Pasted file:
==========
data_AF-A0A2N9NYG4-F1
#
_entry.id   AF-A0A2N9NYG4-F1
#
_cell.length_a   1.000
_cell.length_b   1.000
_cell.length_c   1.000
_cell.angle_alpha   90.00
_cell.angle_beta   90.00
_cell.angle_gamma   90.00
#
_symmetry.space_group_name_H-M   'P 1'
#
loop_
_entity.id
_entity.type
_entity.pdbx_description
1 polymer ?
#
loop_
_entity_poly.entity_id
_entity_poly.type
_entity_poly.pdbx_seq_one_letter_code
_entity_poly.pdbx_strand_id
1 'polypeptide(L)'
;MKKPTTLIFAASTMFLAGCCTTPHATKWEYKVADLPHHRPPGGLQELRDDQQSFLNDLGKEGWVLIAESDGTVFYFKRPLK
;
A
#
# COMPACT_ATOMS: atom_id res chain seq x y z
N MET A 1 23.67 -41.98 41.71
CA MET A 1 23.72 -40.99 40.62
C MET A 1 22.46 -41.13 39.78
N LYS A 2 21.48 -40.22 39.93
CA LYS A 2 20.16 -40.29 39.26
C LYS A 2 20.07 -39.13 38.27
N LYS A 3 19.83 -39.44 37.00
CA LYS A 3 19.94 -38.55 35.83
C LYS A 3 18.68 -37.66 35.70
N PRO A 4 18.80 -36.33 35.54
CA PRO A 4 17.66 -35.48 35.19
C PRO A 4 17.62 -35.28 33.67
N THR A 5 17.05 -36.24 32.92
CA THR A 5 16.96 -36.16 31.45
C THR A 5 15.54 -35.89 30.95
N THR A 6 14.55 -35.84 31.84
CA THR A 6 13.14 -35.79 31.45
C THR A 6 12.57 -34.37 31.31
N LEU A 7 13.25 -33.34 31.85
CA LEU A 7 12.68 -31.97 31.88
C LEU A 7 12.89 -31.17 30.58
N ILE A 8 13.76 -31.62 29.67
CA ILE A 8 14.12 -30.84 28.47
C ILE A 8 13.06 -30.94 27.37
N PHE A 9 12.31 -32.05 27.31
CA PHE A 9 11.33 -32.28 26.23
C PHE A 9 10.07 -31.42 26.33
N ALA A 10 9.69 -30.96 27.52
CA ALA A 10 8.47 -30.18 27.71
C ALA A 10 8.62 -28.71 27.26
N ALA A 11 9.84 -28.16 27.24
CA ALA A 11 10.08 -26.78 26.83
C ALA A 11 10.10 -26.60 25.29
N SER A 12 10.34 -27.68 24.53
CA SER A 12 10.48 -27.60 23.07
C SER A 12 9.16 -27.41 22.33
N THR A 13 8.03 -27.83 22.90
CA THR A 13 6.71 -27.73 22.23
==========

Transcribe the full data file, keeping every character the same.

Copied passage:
data_AF-A0A2N9NYG4-F1
#
_entry.id   AF-A0A2N9NYG4-F1
#
_cell.length_a   1.000
_cell.length_b   1.000
_cell.length_c   1.000
_cell.angle_alpha   90.00
_cell.angle_beta   90.00
_cell.angle_gamma   90.00
#
_symmetry.space_group_name_H-M   'P 1'
#
loop_
_entity.id
_entity.type
_entity.pdbx_description
1 polymer ?
#
loop_
_entity_poly.entity_id
_entity_poly.type
_entity_poly.pdbx_seq_one_letter_code
_entity_poly.pdbx_strand_id
1 'polypeptide(L)'
;MKKPTTLIFAASTMFLAGCCTTPHATKWEYKVADLPHHRPPGGLQELRDDQQSFLNDLGKEGWVLIAESDGTVFYFKRPLK
;
A
#
# COMPACT_ATOMS: atom_id res chain seq x y z
N MET A 1 23.67 -41.98 41.71
CA MET A 1 23.72 -40.99 40.62
C MET A 1 22.46 -41.13 39.78
N LYS A 2 21.48 -40.22 39.93
CA LYS A 2 20.16 -40.29 39.26
C LYS A 2 20.07 -39.13 38.27
N LYS A 3 19.83 -39.44 37.00
CA LYS A 3 19.94 -38.55 35.83
C LYS A 3 18.68 -37.66 35.70
N PRO A 4 18.80 -36.33 35.54
CA PRO A 4 17.66 -35.48 35.19
C PRO A 4 17.62 -35.28 33.67
N THR A 5 17.05 -36.24 32.92
CA THR A 5 16.96 -36.16 31.45
C THR A 5 15.54 -35.89 30.95
N THR A 6 14.55 -35.84 31.84
CA THR A 6 13.14 -35.79 31.45
C THR A 6 12.57 -34.37 31.31
N LEU A 7 13.25 -33.34 31.85
CA LEU A 7 12.68 -31.97 31.88
C LEU A 7 12.89 -31.17 30.58
N ILE A 8 13.76 -31.62 29.67
CA ILE A 8 14.12 -30.84 28.47
C ILE A 8 13.06 -30.94 27.37
N PHE A 9 12.31 -32.05 27.31
CA PHE A 9 11.33 -32.28 26.23
C PHE A 9 10.07 -31.42 26.33
N ALA A 10 9.69 -30.96 27.52
CA ALA A 10 8.47 -30.18 27.71
C ALA A 10 8.62 -28.71 27.26
N ALA A 11 9.84 -28.16 27.24
CA ALA A 11 10.08 -26.78 26.83
C ALA A 11 10.10 -26.60 25.29
N SER A 12 10.34 -27.68 24.53
CA SER A 12 10.48 -27.60 23.07
C SER A 12 9.16 -27.41 22.33
N THR A 13 8.03 -27.83 22.90
CA THR A 13 6.71 -27.73 22.23